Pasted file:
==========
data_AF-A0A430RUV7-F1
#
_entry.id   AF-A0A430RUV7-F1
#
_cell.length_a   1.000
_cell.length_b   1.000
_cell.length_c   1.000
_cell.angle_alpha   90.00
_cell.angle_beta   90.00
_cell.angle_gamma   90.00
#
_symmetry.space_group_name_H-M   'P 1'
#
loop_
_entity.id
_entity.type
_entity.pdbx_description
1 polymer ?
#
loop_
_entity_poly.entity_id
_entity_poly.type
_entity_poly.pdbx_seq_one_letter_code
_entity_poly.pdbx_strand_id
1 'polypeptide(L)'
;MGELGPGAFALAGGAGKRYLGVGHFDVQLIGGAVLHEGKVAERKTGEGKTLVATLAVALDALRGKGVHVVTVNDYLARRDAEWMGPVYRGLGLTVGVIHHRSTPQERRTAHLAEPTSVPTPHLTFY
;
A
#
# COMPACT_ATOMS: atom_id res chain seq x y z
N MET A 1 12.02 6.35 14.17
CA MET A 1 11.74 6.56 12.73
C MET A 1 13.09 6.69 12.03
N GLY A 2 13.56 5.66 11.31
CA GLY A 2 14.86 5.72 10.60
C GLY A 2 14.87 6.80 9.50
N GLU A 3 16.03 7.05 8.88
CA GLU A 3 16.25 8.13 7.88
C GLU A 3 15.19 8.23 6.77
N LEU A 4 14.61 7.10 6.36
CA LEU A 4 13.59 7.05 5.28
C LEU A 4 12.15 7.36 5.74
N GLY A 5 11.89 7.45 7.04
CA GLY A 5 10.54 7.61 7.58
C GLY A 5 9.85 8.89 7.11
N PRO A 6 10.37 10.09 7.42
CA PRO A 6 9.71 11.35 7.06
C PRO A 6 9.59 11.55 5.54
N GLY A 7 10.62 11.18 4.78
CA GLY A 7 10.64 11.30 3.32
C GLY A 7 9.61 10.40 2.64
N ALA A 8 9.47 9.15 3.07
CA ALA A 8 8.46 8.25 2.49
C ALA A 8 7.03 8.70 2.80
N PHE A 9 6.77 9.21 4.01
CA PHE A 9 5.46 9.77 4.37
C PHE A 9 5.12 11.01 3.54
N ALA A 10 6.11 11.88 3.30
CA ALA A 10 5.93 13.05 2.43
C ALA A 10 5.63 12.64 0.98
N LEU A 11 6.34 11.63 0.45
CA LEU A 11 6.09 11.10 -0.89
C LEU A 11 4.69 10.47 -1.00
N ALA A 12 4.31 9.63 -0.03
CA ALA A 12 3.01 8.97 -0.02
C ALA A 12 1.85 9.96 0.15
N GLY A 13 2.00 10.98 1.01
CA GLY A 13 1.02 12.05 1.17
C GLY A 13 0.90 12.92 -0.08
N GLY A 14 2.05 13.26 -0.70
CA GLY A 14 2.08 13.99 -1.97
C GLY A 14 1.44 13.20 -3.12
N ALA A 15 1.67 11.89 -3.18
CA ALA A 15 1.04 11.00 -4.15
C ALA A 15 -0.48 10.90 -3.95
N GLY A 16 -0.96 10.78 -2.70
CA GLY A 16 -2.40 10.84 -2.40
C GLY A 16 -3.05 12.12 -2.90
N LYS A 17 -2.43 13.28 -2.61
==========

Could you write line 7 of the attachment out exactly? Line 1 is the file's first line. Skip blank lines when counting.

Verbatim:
_cell.length_c   1.000